VA, Olympic Agreement Benefits Disabled Veteran Athletes
By Samantha L. Quigley
American Forces Press Service
WASHINGTON, Nov. 17, 2005 Athletes participating in the Department of Veterans Affairs' National Wheelchair Games and National Disabled Veterans Winter Sports Clinic are now eligible to qualify for U.S. Paralympic teams thanks to an agreement signed today by representatives of the VA and the U.S. Olympic Committee.
Jim Scherr (left), chief executive officer of the U.S. Olympic Committee, and Gordon H. Mansfield, deputy secretary of veterans affairs, sign an agreement that makes disabled veteran athletes who participate in Veterans Affairs sports programs eligible to qualify for the U.S. Paralympic Team. Indiana Rep. Steve Buyer, chairman of the House Veterans Affairs Committee, looks on. Photo by Samantha L. Quigley
(Click photo for screen-resolution image);high-resolution image available.
"It is my honor as a representative of the U.S. Olympic Committee to be here today to memorialize the shared commitment of the U.S. Olympic Committee and the Department of Veterans Affairs toward disabled veterans and the Paralympic program," Jim Scherr, chief executive officer of the Olympic Committee, said.
Deputy Secretary of Veterans Affairs Gordon H. Mansfield joined Scherr in signing the memorandum of understanding. Indiana Rep. Steve Buyer, chairman of the House Committee on Veterans Affairs, was on hand for the event as well.
Partnerships like this one enable the VA to extend its reach and better serve veterans, Mansfield said.
"What this partnership does is provide more options and more opportunities," he said. "Surely its part of our job here at the VA to make sure that we give our veterans, each and every one of them, all these men and women that we're responsible for, every option and every opportunity that's possible."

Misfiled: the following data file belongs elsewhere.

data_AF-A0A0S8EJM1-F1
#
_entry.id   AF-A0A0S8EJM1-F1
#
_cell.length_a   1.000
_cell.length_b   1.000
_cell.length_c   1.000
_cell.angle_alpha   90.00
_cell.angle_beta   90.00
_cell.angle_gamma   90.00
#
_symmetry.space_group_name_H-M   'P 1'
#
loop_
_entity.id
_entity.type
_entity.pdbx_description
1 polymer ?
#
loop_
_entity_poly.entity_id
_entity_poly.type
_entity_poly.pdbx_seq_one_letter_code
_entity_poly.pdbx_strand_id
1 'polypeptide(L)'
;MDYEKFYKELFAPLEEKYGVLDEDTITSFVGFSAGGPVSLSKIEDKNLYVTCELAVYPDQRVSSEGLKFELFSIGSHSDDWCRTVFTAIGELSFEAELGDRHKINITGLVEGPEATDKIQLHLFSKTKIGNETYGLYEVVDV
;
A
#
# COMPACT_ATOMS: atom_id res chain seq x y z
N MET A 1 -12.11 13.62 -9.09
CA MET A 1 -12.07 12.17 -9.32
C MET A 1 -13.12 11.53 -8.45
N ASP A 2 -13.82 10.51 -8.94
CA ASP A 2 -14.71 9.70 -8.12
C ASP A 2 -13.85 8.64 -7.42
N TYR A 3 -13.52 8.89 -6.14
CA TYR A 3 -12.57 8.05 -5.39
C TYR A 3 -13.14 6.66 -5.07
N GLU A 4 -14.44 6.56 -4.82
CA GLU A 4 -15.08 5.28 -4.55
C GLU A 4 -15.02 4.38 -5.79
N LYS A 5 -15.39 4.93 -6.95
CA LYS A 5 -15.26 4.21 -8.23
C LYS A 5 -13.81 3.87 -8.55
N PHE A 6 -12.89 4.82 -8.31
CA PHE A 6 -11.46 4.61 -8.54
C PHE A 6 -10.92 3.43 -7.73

Lisa Bard, a disabled veteran athlete from Germantown, Md., is a testament to the why this partnership is vital. Disabled in a 1988 training accident at Andrews Air Force Base, Md., Bard rediscovered her ability to compete in sports she's always loved and some she didn't know she had an affinity for through the VA's Wheelchair Games and the Winter Sports Clinic, sponsored by the VA and the Disabled American Veterans.
Knowing little more than the basics of basketball, she played on the veterans exhibition team with nine men. She now coaches wheelchair basketball for Blaze Sports in Washington and has played point guard for four years on an all-men's team.
"At the veterans games ... we get opportunities, and all veterans get opportunities, to participate in so many different sports," Bard said. "I think for a lot of people, both newly injured vets and those of us who have been around for awhile and didn't know what we could get back into, it opens up such a world for us.
"It's all about what you can do. It's focusing on the ability, not the disability," she said. "There really is no limit."
Veterans sports programs provide many first time opportunities for disabled vets, and that provides a boost to rehabilitation, both mentally and physically, Bard said. She said she expects that this new partnership will help bring veterans to a higher level of competition.
Scherr said the program is exceptional and provides a direct link to the Olympic Committee, the Olympic training centers and the Paralympic Games.
"It's a unique opportunity. ... To represent your country in Olympic or Paralympic games is probably the highest honor you could have," Scherr said. "We feel at the Olympic Committee that it's really second to the honor that the veterans have in representing our country as members of the military. This is another avenue for an individual to have that honor and represent our country in another venue."
Formed in May 2001, U.S. Paralympics is a division of the U.S. Olympic Committee, headquartered in Colorado Springs, Colo. Its goal is to enhance programs and provide opportunities for disabled athletes to participate in sports on an Olympic level.